Parenting a teen is akin to taking a masters-level course in emotional, social and household management you never knew you signed up for until yikes, that little kid who used to be so happy-go-lucky and loving becomes moody and distant. And as if that’s not enough, we’re supposed to somehow keep them showing up at school and soccer practice with a smile on their face? How to negotiate your star student who suddenly acts like a malingering bad employee? Start by asking one simple question, says psychologist Lisa Damour.
The One Question to Ask Your Teen When They Refuse School, Chores or Anything Else
Damour is the expert behind the Ask Lisa: The Psychology of Parenting podcast and the new book, The Emotional Life of Teenagers: Raising Connected, Capable and Compassionate Adolescents. She’s been practicing adolescent therapy for 30 years, during which time she’s witnessed a societal movement away from managing hardship and toward prioritizing a pain-free existence. “To put it bluntly, somewhere along the way we became afraid of being unhappy,” she writes. Spurred on by the popularity of psychiatric meds, the ascendancy of the wellness industry and occurring alongside a growing number of young people who suffer from mental health disorders, Damour says we’re now living in a world in which mental health is identified as feeling good instead of being capable. “Twenty years ago, I still felt myself to be part of a broader society that accepted, albeit begrudgingly, that painful feelings are a natural part of life,” she writes. “Today, I am trying to figure out how uncomfortable feelings came to be seen as psychological states that ought to be prevented or, failing that, banished as quickly as possible.”
With this in mind, what are we to do when our teen comes to us and says “I don’t feel like going to school, I can’t to do my homework, I don’t want to go to ballet”? First and foremost, Damour says we shouldn’t raise our voices or threaten consequences. Instead, she tells parents to ask our kids, “Is it unmanageable or is it uncomfortable?”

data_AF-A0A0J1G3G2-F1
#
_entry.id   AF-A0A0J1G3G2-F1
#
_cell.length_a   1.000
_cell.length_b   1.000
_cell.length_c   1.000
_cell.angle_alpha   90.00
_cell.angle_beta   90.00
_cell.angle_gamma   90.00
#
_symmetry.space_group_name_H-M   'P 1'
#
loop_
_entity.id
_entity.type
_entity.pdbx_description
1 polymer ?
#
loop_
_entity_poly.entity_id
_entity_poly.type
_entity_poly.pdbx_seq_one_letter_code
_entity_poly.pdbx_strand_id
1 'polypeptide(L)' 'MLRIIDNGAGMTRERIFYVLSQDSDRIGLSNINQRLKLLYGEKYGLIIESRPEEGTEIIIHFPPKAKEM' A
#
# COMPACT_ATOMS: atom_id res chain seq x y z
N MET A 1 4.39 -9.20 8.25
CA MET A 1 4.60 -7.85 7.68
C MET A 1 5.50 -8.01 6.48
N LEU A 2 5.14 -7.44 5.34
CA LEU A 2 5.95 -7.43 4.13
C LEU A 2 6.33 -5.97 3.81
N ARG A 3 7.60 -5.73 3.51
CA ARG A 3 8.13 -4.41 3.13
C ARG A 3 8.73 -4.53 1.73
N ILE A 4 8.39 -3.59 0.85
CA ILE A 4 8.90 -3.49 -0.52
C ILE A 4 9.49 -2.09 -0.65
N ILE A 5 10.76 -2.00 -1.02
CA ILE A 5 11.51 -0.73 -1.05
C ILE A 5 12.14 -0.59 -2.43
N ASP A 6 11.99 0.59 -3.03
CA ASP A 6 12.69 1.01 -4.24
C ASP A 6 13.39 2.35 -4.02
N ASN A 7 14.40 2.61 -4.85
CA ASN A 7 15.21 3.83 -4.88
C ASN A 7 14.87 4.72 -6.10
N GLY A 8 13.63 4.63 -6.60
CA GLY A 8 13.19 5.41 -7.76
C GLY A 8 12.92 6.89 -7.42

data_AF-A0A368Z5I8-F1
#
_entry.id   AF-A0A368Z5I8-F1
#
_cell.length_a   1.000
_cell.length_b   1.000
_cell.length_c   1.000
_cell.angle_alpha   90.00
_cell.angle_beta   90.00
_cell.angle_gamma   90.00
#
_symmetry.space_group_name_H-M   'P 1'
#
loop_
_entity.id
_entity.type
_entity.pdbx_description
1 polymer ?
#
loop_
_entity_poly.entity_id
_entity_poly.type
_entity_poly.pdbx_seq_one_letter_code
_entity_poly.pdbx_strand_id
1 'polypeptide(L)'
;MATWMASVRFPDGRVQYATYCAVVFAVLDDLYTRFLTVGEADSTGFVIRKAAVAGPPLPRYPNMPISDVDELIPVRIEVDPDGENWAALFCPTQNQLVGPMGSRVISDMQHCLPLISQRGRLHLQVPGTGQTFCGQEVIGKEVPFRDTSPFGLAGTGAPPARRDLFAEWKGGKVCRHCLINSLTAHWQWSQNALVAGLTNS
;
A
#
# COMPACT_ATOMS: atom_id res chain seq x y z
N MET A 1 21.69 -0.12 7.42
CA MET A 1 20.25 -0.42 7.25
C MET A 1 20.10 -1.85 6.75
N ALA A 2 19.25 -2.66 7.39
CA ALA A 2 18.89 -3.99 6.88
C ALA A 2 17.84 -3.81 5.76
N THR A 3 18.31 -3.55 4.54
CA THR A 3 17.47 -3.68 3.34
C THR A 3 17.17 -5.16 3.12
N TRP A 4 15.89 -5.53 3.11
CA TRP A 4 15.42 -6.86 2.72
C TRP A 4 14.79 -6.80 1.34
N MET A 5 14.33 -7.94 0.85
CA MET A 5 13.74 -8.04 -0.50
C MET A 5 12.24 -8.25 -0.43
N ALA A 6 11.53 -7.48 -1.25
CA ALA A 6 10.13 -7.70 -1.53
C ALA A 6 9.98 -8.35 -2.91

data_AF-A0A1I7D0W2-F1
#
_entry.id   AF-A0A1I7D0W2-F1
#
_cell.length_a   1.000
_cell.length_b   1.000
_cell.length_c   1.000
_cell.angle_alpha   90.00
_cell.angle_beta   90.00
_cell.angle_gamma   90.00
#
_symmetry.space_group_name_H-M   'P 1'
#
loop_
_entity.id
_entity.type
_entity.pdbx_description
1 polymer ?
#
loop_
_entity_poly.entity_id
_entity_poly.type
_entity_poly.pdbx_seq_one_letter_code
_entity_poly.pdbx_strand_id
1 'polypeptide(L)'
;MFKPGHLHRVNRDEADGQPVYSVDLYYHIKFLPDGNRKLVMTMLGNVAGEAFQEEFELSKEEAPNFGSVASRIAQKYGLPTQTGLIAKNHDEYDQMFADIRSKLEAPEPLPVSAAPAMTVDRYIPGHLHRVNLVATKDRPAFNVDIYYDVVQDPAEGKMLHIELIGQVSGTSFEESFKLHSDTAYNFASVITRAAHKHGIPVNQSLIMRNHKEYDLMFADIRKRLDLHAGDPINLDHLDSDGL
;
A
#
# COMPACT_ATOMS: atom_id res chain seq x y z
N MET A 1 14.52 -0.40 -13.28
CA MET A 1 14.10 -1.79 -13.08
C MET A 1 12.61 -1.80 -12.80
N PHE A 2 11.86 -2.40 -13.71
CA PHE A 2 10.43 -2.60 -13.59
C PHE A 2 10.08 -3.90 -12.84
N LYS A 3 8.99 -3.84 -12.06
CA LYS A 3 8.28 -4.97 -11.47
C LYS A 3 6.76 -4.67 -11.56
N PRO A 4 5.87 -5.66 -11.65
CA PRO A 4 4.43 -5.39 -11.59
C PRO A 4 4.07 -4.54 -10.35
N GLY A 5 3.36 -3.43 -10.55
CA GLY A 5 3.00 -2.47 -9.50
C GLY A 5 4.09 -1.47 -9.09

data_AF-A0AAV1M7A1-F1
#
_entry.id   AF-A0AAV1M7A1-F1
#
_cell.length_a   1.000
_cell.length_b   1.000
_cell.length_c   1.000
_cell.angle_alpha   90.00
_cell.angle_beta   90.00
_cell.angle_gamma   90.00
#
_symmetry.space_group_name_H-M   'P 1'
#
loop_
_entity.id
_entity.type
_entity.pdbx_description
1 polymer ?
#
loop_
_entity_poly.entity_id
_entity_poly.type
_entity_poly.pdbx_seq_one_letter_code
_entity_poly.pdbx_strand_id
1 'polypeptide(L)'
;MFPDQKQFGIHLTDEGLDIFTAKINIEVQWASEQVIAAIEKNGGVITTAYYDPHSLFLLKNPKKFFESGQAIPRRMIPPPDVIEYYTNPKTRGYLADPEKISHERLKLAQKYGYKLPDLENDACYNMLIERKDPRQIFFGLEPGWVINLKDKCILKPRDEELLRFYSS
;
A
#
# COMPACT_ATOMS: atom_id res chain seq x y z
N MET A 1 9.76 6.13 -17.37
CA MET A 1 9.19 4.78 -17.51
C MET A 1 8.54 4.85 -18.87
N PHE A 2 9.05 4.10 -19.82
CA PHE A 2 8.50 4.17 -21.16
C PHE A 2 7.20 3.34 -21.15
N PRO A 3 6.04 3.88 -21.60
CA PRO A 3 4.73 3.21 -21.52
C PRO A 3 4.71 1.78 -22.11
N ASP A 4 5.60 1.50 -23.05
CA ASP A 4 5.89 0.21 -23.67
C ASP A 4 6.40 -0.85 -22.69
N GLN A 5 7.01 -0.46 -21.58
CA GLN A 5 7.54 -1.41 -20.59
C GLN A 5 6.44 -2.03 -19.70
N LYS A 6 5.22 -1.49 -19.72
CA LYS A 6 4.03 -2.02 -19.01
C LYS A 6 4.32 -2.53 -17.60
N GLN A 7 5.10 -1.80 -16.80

Damour says that this phrasing is useful because it lets the teen understand that their parent is listening to them and acknowledging that the situation may indeed be unmanagable. The school may feel unsafe, the homework might be too complicated and the dance class may be an old interest they’ve since outgrown. “We lead off with the idea that perhaps more is being asked of the child than perhaps is fair,” she explained to her followers in an Instagram post. “If that’s the case, we’re going to make adjustments, we’re going to bring in reinforcements and we’re going to make sure that we are being fair to kids.”
And here’s what else is great about this question—it sends the message that the other option—uncomfortable—is still a workable situation, and we believe they can handle it. It gives parents an opportunity to show the kids that they can withstand some discomfort, and that a little bit of discomfort is in fact a great way to expand their life skills. “In other words, we’re saying you don’t have to be entirely comfortable to move forward, which is a message that can be really, really helpful for kids to hear.”